How to Win Government Contracts

Step by step plan on how to successfully sell to city and state agencies.

By Anne Field

How to Win Government Contracts imageEntre­pre­neur Lloyd Hawthorne launched his Bronx-based Golden Krust Caribbean Bak­ery in New York City in 1989, turn­ing it into a suc­cess­ful, nation­wide fran­chisor sell­ing pop­u­lar Jamaican fare. But his first really big break came in the 1990s, when he won con­tracts to sup­ply food to the prison at New York’s Rik­ers Island and the New York City pub­lic school system

The first thing is to get cer­ti­fied with the right program.

Of course, land­ing such deals with munic­i­pal­i­ties requires more than a good prod­uct. It calls for an under­stand­ing of how to nav­i­gate the sys­tem. To learn more about the intra­ca­cies of man­ag­ing that process, writer Anne Field talked to Jean Kris­tensen, pres­i­dent of Jean Kris­tensen Asso­ciates, a New York City–based con­sult­ing firm that helps small busi­nesses wend their way through the local bureau­cracy and win con­tracts with city agencies.

The key is hav­ing a plan. The first part of that plan should involve find­ing out whose buy­ing what—pinpointing your tar­get audience.

Imm­pre­neur: Most small busi­nesses would love to strike the type of deals Golden Krust signed. But how do you even get started

Kris­tensen: The first thing is to get cer­ti­fied with the right pro­gram. For exam­ple, most cities have pro­grams for women– and minority-owned busi­nesses. In New York, they’re offered through New York City Busi­ness Solu­tions. The pro­grams help gov­ern­ment buy­ers iden­tify women and minority-owned com­pa­nies they might want to do busi­ness with. But first you need to fill out an appli­ca­tion to be cer­ti­fied, includ­ing a his­tory of your busi­ness, ref­er­ences, and finan­cial information.

Ulti­mately, it’s a very valu­able mar­ket­ing tool that can dis­tin­guish you from other, larger com­pa­nies doing busi­ness with the city. Plus, most munic­i­pal­i­ties have sig­nif­i­cant amounts of money set aside specif­i­cally for minor­ity and women-owned businesses.

If you’re not women or minority-owned, you may be eli­gi­ble for other small busi­ness pro­grams your city might have.

 

Imm­pre­neur: What’s the next step?

Kris­tensen: The key is hav­ing a plan. The first part of that plan should involve find­ing out whose buy­ing what—pinpointing your tar­get audi­ence. Look at your city’s web­site—in New York, it’s nycity.gov—and find out who’s respon­si­ble for pro­cure­ment, as well as what they’re buy­ing. Munic­i­pal­i­ties are required to be trans­par­ent, so they all have such resources.

Say there are 50 buy­ers on the list. Some will include agen­cies that pro­vide a lot of infor­ma­tion about what they need and how to con­tact them; oth­ers will be less forth­com­ing. So, some will require more dig­ging than others.

No mat­ter what, it’s impor­tant to con­tact each one. You do that by mak­ing phone calls, send­ing e-mails, and fol­low­ing up with spe­cific questions.

*Are they inter­ested in buy­ing the type of prod­uct you sell?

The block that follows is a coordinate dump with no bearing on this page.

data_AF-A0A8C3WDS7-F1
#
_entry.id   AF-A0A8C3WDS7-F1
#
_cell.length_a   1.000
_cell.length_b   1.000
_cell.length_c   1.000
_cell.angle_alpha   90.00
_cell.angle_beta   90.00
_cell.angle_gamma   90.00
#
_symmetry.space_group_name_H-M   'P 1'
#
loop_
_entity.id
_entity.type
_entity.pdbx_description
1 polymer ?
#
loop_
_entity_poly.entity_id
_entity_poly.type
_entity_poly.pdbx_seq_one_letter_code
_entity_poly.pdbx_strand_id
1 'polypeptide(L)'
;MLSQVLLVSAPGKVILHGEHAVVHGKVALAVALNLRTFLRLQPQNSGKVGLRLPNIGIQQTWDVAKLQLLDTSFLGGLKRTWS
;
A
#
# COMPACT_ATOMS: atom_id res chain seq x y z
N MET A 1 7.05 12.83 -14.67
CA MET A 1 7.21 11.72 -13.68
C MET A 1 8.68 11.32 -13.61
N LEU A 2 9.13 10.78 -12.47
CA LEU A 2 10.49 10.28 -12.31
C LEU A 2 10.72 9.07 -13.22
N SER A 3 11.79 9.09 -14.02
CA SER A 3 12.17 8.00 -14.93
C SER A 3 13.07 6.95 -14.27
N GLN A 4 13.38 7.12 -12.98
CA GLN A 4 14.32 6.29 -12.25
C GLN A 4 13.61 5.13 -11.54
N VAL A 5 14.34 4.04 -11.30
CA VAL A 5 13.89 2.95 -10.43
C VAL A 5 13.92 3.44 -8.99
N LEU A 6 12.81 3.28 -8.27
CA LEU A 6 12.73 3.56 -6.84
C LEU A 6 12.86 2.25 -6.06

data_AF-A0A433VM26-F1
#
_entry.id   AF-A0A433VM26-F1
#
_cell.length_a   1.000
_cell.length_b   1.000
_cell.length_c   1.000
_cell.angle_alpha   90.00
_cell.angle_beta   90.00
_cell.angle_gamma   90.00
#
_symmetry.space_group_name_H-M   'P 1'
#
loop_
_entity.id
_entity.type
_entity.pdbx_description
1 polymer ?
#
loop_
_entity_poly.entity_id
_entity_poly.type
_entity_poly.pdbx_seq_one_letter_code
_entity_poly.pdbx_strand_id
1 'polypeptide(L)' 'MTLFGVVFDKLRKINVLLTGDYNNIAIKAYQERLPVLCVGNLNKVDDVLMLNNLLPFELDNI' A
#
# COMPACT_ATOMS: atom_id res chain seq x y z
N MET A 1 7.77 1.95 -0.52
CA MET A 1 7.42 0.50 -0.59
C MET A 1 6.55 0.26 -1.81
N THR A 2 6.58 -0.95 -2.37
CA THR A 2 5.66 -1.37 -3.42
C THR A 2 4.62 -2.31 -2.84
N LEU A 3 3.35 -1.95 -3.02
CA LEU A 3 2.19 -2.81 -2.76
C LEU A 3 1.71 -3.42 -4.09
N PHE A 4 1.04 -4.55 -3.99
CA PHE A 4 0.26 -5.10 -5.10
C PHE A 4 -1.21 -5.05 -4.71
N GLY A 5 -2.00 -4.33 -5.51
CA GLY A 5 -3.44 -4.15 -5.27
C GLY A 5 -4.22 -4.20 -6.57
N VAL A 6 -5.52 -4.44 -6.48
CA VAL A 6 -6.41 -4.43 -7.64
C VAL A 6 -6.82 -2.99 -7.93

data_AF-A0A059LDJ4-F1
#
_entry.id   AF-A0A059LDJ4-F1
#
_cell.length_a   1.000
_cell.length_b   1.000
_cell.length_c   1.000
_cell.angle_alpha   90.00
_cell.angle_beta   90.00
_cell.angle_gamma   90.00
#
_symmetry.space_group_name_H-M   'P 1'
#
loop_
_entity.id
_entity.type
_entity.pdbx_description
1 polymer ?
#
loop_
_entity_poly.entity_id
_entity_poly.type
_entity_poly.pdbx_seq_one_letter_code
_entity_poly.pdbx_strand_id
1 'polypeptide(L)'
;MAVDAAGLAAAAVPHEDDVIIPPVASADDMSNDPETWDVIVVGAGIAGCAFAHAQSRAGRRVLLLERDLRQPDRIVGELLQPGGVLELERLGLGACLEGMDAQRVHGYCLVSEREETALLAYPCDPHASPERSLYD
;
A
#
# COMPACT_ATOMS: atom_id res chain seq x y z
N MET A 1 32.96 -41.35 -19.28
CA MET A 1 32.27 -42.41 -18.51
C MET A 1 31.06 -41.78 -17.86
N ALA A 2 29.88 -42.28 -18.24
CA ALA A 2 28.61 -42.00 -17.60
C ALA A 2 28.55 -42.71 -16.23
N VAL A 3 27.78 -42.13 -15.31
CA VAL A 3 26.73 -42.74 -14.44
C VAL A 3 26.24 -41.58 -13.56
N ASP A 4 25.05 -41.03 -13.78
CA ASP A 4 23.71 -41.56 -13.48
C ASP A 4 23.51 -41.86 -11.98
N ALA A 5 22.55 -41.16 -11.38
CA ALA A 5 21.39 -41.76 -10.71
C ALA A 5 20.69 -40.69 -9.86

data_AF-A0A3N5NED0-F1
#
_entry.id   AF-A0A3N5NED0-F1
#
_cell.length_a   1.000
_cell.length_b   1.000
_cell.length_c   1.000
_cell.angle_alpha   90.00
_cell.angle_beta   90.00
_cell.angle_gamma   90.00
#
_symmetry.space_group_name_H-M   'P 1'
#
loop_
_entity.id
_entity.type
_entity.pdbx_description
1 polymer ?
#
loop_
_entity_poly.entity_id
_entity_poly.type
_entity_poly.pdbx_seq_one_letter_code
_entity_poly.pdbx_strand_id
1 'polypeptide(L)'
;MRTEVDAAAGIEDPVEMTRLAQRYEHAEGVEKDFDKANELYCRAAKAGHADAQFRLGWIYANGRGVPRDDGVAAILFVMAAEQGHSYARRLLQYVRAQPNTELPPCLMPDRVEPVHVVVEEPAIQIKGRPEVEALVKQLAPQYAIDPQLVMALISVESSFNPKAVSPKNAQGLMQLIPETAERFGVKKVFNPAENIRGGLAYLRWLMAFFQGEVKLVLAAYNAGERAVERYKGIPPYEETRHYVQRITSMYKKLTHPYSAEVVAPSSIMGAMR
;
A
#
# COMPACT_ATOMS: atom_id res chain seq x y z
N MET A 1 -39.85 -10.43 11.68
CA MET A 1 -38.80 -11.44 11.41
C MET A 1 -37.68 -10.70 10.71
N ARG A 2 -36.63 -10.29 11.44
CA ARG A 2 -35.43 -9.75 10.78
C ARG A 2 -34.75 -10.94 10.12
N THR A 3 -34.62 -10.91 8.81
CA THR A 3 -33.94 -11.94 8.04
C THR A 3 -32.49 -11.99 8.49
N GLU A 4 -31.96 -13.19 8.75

*Who is in charge of pur­chas­ing that cat­e­gory of product?

*If you are a woman– or minority-owned busi­ness, make sure to iden­tify your­self that way.

For exam­ple, I’m work­ing with a com­pany sell­ing baked goods that’s inter­ested in sup­ply­ing to Rik­ers Island, like Golden Krust has done. So, I con­tacted the pro­cure­ment depart­ment for the New York City Depart­ment of Cor­rec­tions and asked them to put us in touch with the per­son in charge of buy­ing bak­ery sup­plies. We’re now in the process of nego­ti­at­ing with them.

You need to develop a sales plan for the next year with events you’re going to attend, how you’re going to com­mu­ni­cate with buy­ers, and how you’re going to fol­low up.

Imm­pre­neur: What else should your plan include?

Kris­tensen: You need a com­mu­ni­ca­tions com­po­nent to your plan, with a blue­print for inter­act­ing with the appro­pri­ate agen­cies. It should include:

An account­abil­ity statement

* Con­tact information

* A descrip­tion of your business

* Codes the agency uses for your par­tic­u­lar type of product.

So, if you call and leave a mes­sage with a buyer, who doesn’t return the call, the next course of action is to send an e-mail with an account­abil­ity statement.

But also, you need to iden­tify ways to inter­act with buy­ers beyond send­ing e-mails. For exam­ple, make sure you go to events that buy­ers attend. In New York City, there are a num­ber of pro­cure­ment fairs each year where buy­ers from city agen­cies come to meet with small busi­nesses. And you need a plan for fol­low­ing up. Often, busi­nesses get busy and don’t do that.

The bot­tom line: You should develop a sales plan for the next year with events you’re going to attend, how you’re going to com­mu­ni­cate with buy­ers, and how you’re going to fol­low up.

Before you get started, make sure you have a good basic website.

 

Imm­pre­neur: Any­thing else to consider?

Kris­tensen: Before you get started, make sure you have a good basic web­site. It doesn’t have to be fancy. But you need a good way for peo­ple to com­mu­ni­cate with you. And you should have a professional-sounding domain name and busi­ness cards.  All that can set you apart from other com­pa­nies just start­ing out.

Related Con­tent
A Taste of Home, Golden Krust Caribbean Bak­ery
Advice from Low­ell Hawthorne, CEO of Golden Krust Bak­ery
Guide to Online Mar­ket­ing 
Find City and State Agen­cies 
More Win­ning Sales Strategies 

 

Immpreneur Empowering immigrant entrepreneurs

IMMPRENEUR.com is a website specifically created for immigrant entrepreneurs. The site delivers content, resources and tools to help immigrants launch, manage and grow successful businesses in the US. Learn how successful immigrant businesses were started, and how to build your own success by reading Immpreneur.